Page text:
What about tidal gravity? To get this, we first have to check the orientation of the ISS in space: the image there is in flight direction, and the ISS rotates once per orbit so this orientation stays the same. Much larger image with a different viewing angle.

As you can see, the main structure of pressurized modules is along the orbital track of the ISS. The center of mass is roughly in this part as well, close to a US lab module. Along this path, objects will just follow each other at a constant separation. No tidal gravity.

What happens if we go up by 1 meter? Gravitational acceleration reduces, centrifugal acceleration (in the rotating frame) increases. The difference for 1 meter is 3.9*106 m/s2 per meter of height.

What happens if we go one meter to the side? We get a sidewards component of 1.3*106 m/s2 per meter sidewards.

As the station is much larger than a meter, tidal gravity wins by a good margin.

On the other hand... as you can see in the height plots, the ISS gets frequent re-boosts to keep its orbit. Those are done with accelerations of roughly 0.02 m/s2. If you call them "caused by drag", then drag is responsible for the largest accelerations by far. And certainly to much more fun than tidal gravity.

ogg
Drag speeds up the ISS? Wouldn't the same logic would require Newton's apple to acquire a tangential velocity as it falls from the tree? It would be great if you (mfb) could point us to a source which derives this. IMHO, microgravity is the better term. I also think talking about "weight" is a bit pointless unless we are assuming a constant g. (or perhaps comparing g and g' between the surfaces of two planets). One old old sci-fi story had the protagonist solve the question of whether he was in orbit or weightless by placing a bunch of ball bearings onto the ceiling (or was it the walls? hmm). If you understand why that would (after perhaps days or weeks) answer the question, you understand the topic. The ONLY things which experience the exact same force (hence have no force differential) when in orbit are on the exact same circle (in the 1 dimensional meaning of the term circle). Above, or below that (assumes a spherical orbit around a spherical grav. potential) the force will be a tiny bit different, to the left or to the right, the paths (great circle) will not be parallel (they'll intersect). Also, the thing that you DON'T have in microgravity is (surface2surface) friction. Moving a large block floating on water (slowly) is nearly as easy as in space, but you still have to accelerate it (and stop it when you get to where you're going).

Redbelly98
Staff Emeritus
Homework Helper
I agree with what you are saying:

weightlessness is a little of a misnomer since the force of gravity is there providing the centripetal force for the ISS to move into its orbit. What there is absence of are the effect of gravity: regardless of the presence of gravity we are able to simulate an environment where the effects of gravity are not present (only in small part)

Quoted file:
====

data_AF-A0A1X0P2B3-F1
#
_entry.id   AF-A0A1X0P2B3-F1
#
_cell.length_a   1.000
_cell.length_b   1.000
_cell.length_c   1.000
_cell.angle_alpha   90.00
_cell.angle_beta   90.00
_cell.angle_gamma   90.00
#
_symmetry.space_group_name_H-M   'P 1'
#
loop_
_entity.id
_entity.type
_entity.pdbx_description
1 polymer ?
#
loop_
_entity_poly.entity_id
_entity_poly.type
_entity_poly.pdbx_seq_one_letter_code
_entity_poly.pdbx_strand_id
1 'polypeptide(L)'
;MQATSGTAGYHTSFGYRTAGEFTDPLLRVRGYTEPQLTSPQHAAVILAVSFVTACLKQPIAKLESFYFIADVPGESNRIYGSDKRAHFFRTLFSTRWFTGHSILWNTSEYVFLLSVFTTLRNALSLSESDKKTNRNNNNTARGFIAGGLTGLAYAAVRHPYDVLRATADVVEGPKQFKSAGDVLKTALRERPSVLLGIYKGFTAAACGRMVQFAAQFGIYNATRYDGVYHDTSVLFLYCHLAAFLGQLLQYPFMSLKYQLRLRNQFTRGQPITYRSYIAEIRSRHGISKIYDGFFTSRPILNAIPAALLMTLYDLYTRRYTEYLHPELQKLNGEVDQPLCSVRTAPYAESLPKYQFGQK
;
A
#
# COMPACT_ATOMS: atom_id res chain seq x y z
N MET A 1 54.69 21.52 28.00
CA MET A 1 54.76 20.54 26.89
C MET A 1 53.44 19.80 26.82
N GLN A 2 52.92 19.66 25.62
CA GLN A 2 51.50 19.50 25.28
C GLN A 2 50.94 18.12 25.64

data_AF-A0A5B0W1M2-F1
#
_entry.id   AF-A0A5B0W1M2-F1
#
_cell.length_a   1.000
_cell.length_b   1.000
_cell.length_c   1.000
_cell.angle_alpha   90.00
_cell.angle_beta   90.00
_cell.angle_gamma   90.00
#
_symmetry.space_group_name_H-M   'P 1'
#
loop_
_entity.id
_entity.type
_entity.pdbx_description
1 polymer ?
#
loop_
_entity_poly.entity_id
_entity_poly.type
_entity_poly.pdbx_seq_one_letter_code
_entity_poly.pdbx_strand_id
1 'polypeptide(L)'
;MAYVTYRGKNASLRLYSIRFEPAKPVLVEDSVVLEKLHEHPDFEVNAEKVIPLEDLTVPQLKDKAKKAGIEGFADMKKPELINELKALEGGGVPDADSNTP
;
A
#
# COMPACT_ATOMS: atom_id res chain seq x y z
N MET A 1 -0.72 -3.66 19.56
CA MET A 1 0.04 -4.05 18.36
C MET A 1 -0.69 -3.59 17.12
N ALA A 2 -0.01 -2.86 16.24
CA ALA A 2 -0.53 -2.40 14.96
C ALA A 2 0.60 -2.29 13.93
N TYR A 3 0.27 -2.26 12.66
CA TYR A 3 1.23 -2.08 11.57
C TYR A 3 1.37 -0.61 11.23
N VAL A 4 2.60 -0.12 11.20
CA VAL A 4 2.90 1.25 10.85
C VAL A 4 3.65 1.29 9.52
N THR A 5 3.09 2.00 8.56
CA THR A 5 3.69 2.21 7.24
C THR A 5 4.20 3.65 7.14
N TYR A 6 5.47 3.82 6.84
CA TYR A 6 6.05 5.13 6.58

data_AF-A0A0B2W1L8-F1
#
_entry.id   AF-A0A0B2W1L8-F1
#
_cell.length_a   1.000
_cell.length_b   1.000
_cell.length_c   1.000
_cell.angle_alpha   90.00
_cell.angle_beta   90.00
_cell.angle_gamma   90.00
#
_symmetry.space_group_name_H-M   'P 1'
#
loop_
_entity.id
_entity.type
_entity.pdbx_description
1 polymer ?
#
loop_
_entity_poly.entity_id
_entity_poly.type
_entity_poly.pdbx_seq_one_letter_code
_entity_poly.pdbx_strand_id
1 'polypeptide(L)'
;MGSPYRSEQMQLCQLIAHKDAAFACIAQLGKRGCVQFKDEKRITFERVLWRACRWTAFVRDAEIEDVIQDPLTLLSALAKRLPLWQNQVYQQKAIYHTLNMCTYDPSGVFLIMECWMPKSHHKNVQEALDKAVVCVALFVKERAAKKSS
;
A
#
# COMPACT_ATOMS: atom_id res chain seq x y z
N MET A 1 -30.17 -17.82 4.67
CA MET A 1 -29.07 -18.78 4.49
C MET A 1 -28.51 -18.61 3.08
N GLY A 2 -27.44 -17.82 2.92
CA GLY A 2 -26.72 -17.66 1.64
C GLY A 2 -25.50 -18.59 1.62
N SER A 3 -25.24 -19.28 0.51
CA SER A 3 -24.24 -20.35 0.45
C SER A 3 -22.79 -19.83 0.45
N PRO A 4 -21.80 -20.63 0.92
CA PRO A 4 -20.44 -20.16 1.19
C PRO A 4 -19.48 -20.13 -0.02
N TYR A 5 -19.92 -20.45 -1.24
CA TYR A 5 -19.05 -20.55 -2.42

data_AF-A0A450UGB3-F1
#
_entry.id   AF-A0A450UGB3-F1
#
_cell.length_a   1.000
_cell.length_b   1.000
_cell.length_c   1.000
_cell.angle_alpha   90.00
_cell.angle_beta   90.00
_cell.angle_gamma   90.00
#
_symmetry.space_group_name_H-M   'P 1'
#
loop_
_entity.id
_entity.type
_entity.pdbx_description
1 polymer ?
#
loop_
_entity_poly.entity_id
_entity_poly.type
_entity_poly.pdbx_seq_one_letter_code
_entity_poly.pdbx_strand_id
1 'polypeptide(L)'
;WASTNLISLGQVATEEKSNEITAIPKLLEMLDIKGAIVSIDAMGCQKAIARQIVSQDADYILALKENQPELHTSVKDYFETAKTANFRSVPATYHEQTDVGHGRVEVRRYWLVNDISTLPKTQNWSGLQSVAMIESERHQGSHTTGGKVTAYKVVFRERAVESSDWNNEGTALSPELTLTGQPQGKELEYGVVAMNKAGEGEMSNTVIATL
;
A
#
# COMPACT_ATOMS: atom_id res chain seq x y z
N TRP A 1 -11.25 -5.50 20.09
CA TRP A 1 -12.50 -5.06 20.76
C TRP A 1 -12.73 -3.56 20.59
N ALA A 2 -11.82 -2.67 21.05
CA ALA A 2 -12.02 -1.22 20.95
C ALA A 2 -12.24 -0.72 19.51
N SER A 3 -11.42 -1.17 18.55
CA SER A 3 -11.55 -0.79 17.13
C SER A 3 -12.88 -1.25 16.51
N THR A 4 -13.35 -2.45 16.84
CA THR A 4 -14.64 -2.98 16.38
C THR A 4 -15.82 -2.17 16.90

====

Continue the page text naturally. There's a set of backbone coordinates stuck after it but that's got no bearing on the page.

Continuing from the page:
Well, I disagree with what you're saying. "Weightlessness" is the more accurate term than "zero g", because g isn't zero in this case. Weightlessness refers to the fact that there is no "normal reaction force" that we teach students in intro physics when they have to draw a free-body diagram. So the object "sense no weight", and thus, weightlessness.

But if you do a proper treatment of this right out of intro physics, "zero g" environment and "weightlessness" is no different, the same way you can't tell if you're moving with constant velocity or stationary. So that is why I do not understand the problem here.

Zz.
Weightlessness is the lack of contact forces that support you against gravity. Gravity itself is acting approx. uniformly on your body, so it doesn't cause any "sensation".
Some physics teachers I know refer to freefall and orbital motion as "normalforcelessness" rather than weightlessness. While they say this tongue-in-cheek, it is an instructive term to help think about what is really going on.

These same teachers don't agree on what is meant by "weight". If I recall our conversation correctly, one, who grew up in Russia, uses "weight" to mean what a scale would measure -- what others call "apparent weight". And those others use "weight" to mean "the force due to gravity". The point being, the definition of weight determines whether we can refer to objects in orbit as being weightless -- it becomes a matter of semantics.

mfb
Mentor
Drag speeds up the ISS? Wouldn't the same logic would require Newton's apple to acquire a tangential velocity as it falls from the tree?
Coriolis force is doing that, but that has nothing to do with drag.
It would be great if you (mfb) could point us to a source which derives this.
Literally every textbook about orbital mechanics. Lower-energy circular orbits are faster. Drag lets the ISS lose potential energy and gain half this loss as kinetic energy.
Also, the thing that you DON'T have in microgravity is (surface2surface) friction.
You have it if you apply a normal force.
Even worse, you can have cold welding in vacuum conditions.